Scientists Unveil Surprising Secrets of a 40-Year-Old Catalyst
3D model of the active center of the catalyst Titanium Silicalite -1 with the titanium pair (light grey).
Credit: ETH Zürich
Activity of the industrial catalyst TS-1 relies on titanium pairs/Important discovery for catalyst development.
‘Titanium silicalite-1’ (TS-1) is not a new catalyst: It has been almost 40 years since its development and the discovery of its ability to convert propylene into propylene oxide, an important basic chemical in the chemical industry. Now, by combining various methods, a team of scientists from ETH Zurich, the University of Cologne, the Fritz Haber Institute and BASF has unveiled the surprising mechanism of action of this catalyst. From Cologne, the working group of Professor Dr. Albrecht Berkessel at the Department of Chemistry was involved. These findings will help catalyst research take an important step forward.
Propylene oxide is used in industry to make products such as polyurethanes, antifreeze additives and hydraulic fluids. More than 11 million metric tons of propylene oxide are produced annually in the chemical industry worldwide, of which 1 million metric tons are already produced by the oxidation of propylene with hydrogen peroxide. This chemical reaction is catalyzed by TS-1, a microporous, crystalline material made up of silicon and oxygen and containing small amounts of titanium. The catalyst has been used successfully for 40 years and experts assumed that the active center in TS-1 contains individual, isolated titanium atoms that ensure the special reactivity of the catalyst.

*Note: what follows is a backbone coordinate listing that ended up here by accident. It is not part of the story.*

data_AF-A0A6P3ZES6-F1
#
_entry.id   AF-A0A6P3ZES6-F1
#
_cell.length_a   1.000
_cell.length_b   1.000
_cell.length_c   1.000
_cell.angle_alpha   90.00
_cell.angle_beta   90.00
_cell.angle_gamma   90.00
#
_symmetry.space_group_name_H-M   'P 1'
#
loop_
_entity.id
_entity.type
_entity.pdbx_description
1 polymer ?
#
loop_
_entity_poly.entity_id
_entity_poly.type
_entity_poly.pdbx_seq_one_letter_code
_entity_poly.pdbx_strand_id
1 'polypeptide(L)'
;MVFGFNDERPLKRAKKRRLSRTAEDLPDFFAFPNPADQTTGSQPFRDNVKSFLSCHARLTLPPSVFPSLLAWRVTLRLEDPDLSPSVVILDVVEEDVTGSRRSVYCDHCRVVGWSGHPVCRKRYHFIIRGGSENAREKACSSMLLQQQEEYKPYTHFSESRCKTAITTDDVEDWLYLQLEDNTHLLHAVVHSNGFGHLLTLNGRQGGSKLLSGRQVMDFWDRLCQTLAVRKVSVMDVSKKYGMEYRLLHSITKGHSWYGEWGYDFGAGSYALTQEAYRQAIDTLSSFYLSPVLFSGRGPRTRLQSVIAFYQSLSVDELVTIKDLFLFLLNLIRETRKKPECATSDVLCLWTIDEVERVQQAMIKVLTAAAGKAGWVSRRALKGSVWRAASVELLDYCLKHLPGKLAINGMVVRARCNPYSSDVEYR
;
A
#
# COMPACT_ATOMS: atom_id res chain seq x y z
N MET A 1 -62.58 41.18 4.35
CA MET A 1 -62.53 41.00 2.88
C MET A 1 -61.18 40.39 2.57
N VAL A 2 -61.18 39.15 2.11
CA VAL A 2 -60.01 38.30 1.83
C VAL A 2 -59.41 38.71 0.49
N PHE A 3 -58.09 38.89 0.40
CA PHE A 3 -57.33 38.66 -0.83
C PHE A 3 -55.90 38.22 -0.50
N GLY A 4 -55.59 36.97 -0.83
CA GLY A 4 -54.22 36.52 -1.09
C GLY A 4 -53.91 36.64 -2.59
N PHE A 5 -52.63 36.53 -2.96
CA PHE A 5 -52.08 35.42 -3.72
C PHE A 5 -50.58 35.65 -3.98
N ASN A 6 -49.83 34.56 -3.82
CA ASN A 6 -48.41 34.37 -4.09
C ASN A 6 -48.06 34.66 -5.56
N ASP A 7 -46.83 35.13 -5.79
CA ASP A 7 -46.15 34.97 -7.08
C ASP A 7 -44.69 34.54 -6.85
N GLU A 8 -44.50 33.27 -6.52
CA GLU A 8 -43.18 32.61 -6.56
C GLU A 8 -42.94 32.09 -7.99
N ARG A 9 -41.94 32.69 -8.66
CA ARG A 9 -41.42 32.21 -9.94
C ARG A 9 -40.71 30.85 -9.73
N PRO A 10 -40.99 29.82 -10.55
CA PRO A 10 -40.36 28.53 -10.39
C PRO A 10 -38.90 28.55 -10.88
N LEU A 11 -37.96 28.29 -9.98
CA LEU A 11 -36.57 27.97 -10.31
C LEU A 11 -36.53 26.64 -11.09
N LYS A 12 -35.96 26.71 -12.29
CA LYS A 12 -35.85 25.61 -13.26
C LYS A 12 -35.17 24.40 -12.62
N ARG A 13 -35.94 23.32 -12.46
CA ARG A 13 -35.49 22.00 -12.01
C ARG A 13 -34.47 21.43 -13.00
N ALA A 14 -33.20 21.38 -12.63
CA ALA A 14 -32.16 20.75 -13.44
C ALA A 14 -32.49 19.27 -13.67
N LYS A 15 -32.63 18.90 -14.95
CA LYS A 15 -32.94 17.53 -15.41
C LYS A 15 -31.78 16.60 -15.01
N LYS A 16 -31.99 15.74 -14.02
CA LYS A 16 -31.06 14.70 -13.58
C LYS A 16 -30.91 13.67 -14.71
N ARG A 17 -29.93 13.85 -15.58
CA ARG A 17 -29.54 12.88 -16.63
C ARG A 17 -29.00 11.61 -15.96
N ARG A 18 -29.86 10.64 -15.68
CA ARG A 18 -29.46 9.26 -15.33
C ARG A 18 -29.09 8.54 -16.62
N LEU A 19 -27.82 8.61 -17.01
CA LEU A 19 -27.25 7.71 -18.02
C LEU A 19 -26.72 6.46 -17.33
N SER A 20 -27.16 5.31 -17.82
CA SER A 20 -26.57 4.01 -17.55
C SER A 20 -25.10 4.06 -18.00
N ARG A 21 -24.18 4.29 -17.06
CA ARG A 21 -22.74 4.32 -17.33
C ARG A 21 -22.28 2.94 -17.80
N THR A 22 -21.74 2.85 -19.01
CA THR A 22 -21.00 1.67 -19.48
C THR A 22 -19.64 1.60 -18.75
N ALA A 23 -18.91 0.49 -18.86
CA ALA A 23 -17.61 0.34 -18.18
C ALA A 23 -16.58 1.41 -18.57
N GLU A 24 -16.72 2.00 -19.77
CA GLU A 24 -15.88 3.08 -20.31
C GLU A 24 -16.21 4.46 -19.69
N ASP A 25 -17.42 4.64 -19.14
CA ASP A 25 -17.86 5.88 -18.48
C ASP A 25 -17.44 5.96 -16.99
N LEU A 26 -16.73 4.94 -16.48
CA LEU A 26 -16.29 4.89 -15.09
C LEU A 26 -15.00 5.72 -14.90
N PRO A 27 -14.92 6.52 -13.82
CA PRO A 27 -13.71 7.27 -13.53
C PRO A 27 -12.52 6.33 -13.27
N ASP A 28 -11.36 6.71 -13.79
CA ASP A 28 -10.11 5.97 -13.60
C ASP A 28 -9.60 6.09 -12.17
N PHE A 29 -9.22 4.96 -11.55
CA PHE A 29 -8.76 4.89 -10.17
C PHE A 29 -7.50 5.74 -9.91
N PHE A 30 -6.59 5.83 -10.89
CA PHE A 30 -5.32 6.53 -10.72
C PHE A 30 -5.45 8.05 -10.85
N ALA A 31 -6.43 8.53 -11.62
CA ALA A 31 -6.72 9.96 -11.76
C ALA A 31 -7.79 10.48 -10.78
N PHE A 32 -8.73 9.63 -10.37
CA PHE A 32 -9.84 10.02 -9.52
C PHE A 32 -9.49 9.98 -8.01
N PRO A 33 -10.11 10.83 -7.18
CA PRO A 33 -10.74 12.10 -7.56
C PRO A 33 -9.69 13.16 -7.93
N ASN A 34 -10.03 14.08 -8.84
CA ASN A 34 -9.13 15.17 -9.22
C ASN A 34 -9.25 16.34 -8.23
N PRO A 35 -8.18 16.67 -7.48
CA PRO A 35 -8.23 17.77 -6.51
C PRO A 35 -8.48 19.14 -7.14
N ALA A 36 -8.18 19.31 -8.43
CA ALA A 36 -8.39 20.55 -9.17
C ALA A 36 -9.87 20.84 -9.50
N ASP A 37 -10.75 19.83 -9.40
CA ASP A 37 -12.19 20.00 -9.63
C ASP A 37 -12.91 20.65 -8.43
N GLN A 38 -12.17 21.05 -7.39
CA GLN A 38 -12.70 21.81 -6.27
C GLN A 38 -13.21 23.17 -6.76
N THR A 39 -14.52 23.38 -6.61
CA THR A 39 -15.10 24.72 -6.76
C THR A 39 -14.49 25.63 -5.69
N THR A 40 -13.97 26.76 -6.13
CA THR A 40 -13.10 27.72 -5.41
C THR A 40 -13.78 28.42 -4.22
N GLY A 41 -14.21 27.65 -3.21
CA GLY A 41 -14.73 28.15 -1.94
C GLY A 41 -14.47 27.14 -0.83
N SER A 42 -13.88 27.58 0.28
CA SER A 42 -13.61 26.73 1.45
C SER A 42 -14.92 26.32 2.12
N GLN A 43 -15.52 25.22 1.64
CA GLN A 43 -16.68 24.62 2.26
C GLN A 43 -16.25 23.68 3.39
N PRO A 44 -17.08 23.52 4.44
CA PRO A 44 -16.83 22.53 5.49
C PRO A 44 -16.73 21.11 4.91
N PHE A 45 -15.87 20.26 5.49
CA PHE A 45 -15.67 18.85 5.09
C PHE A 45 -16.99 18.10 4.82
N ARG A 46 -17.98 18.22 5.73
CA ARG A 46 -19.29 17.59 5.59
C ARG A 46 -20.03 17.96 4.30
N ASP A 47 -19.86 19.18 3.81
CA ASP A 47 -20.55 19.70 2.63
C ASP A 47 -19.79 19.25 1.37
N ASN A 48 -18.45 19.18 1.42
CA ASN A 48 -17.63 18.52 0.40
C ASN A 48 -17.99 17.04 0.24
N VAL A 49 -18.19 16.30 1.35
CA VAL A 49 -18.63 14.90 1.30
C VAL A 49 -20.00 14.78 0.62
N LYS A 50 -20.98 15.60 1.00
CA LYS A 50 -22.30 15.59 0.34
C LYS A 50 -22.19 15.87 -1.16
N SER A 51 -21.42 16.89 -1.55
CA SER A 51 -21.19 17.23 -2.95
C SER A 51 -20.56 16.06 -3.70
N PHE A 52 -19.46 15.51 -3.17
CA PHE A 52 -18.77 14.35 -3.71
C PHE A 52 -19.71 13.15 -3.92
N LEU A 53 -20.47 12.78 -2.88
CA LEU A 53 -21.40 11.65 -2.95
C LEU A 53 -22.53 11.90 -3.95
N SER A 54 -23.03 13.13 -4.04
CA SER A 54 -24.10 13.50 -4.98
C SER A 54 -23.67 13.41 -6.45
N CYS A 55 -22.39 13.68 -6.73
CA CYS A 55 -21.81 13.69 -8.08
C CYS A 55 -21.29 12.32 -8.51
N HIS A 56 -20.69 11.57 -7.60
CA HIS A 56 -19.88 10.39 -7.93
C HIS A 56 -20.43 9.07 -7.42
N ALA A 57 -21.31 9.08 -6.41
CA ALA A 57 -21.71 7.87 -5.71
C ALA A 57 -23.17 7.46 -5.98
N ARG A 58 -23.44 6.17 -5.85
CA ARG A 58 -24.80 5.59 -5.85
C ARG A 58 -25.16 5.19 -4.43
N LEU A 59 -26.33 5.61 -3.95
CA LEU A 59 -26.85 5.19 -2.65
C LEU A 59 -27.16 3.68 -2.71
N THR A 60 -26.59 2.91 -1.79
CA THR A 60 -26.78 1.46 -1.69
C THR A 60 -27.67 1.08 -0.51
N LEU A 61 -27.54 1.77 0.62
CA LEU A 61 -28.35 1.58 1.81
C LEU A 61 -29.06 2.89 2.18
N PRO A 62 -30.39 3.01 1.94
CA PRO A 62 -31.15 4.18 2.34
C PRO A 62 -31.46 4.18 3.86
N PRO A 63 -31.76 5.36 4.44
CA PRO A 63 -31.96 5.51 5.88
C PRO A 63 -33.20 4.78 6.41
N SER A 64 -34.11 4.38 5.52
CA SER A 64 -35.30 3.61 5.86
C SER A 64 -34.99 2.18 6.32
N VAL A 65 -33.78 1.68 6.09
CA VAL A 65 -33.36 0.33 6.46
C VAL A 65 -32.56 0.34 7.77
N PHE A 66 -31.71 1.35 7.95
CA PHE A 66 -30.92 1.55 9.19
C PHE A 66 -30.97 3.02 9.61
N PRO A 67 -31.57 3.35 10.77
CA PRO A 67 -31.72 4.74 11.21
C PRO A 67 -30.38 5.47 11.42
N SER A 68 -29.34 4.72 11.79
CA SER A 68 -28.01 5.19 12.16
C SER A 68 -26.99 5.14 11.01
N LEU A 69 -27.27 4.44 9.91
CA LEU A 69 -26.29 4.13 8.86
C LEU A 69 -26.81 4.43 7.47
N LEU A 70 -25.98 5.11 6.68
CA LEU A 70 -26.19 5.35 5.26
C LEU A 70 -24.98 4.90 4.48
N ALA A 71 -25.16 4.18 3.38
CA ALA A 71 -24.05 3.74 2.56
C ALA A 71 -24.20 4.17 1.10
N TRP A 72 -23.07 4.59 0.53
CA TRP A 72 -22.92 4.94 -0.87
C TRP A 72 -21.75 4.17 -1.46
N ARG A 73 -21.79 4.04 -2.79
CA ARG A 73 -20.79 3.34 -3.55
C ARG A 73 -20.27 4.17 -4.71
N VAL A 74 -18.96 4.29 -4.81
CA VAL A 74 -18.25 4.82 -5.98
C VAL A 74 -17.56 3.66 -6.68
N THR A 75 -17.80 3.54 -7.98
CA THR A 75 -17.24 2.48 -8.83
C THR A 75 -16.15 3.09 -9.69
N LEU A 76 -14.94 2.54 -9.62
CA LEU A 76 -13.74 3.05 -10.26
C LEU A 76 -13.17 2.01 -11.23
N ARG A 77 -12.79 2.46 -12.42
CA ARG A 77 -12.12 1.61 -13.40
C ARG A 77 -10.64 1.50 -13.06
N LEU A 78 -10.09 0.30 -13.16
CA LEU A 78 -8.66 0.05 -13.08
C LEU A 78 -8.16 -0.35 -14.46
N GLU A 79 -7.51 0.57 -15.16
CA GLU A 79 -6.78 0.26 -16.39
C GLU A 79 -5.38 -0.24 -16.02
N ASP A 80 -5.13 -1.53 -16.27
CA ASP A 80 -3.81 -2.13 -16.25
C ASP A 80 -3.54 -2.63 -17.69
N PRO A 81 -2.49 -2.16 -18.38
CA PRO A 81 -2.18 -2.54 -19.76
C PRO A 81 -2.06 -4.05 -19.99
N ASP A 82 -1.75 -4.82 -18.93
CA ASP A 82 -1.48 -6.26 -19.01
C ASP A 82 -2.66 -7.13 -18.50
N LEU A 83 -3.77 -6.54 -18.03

A team of researchers from the ETH Zurich, the University of Cologne, the Fritz Haber Institute and BASF questioned this assumption. “In recent years, doubts have arisen as to whether the assumption about the mechanism of action is correct, as it relies primarily on analogies with comparable catalysts and less on experimental evidence. But if you try to optimize a catalyst on the basis of a wrong assumption, it is very difficult and can lead you in the completely wrong direction. It was therefore important to examine this assumption more closely,” explains BASF scientist Dr. Henrique Teles, one of the co-authors of the scientific publication, the starting point for the collaboration.
In a study now published in Nature, the team…